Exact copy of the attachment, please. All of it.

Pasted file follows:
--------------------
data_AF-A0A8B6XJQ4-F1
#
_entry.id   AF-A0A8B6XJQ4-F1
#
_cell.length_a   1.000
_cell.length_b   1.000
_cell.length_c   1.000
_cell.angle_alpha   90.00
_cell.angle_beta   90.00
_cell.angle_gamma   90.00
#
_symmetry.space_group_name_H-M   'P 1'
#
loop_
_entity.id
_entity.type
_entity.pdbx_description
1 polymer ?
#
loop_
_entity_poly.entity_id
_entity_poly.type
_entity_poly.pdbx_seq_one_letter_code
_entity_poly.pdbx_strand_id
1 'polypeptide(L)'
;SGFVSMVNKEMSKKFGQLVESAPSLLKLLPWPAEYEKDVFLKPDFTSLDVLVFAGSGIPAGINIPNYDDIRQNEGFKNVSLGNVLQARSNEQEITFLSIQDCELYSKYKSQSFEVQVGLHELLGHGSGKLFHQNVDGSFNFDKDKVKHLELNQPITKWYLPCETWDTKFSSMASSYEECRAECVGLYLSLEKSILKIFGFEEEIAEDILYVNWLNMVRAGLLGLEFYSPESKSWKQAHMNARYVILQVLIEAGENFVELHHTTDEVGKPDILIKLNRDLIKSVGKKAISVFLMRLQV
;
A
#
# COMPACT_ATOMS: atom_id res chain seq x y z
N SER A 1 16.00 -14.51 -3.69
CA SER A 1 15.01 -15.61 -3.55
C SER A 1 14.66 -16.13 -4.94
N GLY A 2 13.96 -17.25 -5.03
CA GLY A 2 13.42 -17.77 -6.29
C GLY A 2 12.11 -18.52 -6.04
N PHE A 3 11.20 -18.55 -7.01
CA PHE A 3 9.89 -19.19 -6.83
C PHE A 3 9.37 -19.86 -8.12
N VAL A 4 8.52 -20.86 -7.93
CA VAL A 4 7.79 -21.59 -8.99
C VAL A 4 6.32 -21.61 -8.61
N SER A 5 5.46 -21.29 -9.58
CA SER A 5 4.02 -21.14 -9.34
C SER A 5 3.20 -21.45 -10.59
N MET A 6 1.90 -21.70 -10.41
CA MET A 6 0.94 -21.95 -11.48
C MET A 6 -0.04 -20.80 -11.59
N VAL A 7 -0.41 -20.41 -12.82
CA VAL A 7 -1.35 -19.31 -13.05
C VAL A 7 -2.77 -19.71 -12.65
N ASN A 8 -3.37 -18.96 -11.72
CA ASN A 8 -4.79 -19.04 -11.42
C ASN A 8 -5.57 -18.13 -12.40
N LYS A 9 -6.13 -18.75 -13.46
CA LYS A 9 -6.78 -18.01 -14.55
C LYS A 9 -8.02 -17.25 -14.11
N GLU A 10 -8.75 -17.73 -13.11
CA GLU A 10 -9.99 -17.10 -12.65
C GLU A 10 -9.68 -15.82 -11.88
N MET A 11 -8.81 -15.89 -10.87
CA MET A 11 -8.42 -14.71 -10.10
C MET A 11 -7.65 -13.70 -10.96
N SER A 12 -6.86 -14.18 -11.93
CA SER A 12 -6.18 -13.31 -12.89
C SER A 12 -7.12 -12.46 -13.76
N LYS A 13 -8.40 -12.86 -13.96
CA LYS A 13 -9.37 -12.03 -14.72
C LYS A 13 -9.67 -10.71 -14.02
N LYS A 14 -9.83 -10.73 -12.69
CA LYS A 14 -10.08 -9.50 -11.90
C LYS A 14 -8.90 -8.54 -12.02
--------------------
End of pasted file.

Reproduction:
data_AF-A0A8B6XJQ4-F1
#
_entry.id   AF-A0A8B6XJQ4-F1
#
_cell.length_a   1.000
_cell.length_b   1.000
_cell.length_c   1.000
_cell.angle_alpha   90.00
_cell.angle_beta   90.00
_cell.angle_gamma   90.00
#
_symmetry.space_group_name_H-M   'P 1'
#
loop_
_entity.id
_entity.type
_entity.pdbx_description
1 polymer ?
#
loop_
_entity_poly.entity_id
_entity_poly.type
_entity_poly.pdbx_seq_one_letter_code
_entity_poly.pdbx_strand_id
1 'polypeptide(L)'
;SGFVSMVNKEMSKKFGQLVESAPSLLKLLPWPAEYEKDVFLKPDFTSLDVLVFAGSGIPAGINIPNYDDIRQNEGFKNVSLGNVLQARSNEQEITFLSIQDCELYSKYKSQSFEVQVGLHELLGHGSGKLFHQNVDGSFNFDKDKVKHLELNQPITKWYLPCETWDTKFSSMASSYEECRAECVGLYLSLEKSILKIFGFEEEIAEDILYVNWLNMVRAGLLGLEFYSPESKSWKQAHMNARYVILQVLIEAGENFVELHHTTDEVGKPDILIKLNRDLIKSVGKKAISVFLMRLQV
;
A
#
# COMPACT_ATOMS: atom_id res chain seq x y z
N SER A 1 16.00 -14.51 -3.69
CA SER A 1 15.01 -15.61 -3.55
C SER A 1 14.66 -16.13 -4.94
N GLY A 2 13.96 -17.25 -5.03
CA GLY A 2 13.42 -17.77 -6.29
C GLY A 2 12.11 -18.52 -6.04
N PHE A 3 11.20 -18.55 -7.01
CA PHE A 3 9.89 -19.19 -6.83
C PHE A 3 9.37 -19.86 -8.12
N VAL A 4 8.52 -20.86 -7.93
CA VAL A 4 7.79 -21.59 -8.99
C VAL A 4 6.32 -21.61 -8.61
N SER A 5 5.46 -21.29 -9.58
CA SER A 5 4.02 -21.14 -9.34
C SER A 5 3.20 -21.45 -10.59
N MET A 6 1.90 -21.70 -10.41
CA MET A 6 0.94 -21.95 -11.48
C MET A 6 -0.04 -20.80 -11.59
N VAL A 7 -0.41 -20.41 -12.82
CA VAL A 7 -1.35 -19.31 -13.05
C VAL A 7 -2.77 -19.71 -12.65
N ASN A 8 -3.37 -18.96 -11.72
CA ASN A 8 -4.79 -19.04 -11.42
C ASN A 8 -5.57 -18.13 -12.40
N LYS A 9 -6.13 -18.75 -13.46
CA LYS A 9 -6.78 -18.01 -14.55
C LYS A 9 -8.02 -17.25 -14.11
N GLU A 10 -8.75 -17.73 -13.11
CA GLU A 10 -9.99 -17.10 -12.65
C GLU A 10 -9.68 -15.82 -11.88
N MET A 11 -8.81 -15.89 -10.87
CA MET A 11 -8.42 -14.71 -10.10
C MET A 11 -7.65 -13.70 -10.96
N SER A 12 -6.86 -14.18 -11.93
CA SER A 12 -6.18 -13.31 -12.89
C SER A 12 -7.12 -12.46 -13.76
N LYS A 13 -8.40 -12.86 -13.96
CA LYS A 13 -9.37 -12.03 -14.72
C LYS A 13 -9.67 -10.71 -14.02
N LYS A 14 -9.83 -10.73 -12.69
CA LYS A 14 -10.08 -9.50 -11.90
C LYS A 14 -8.90 -8.54 -12.02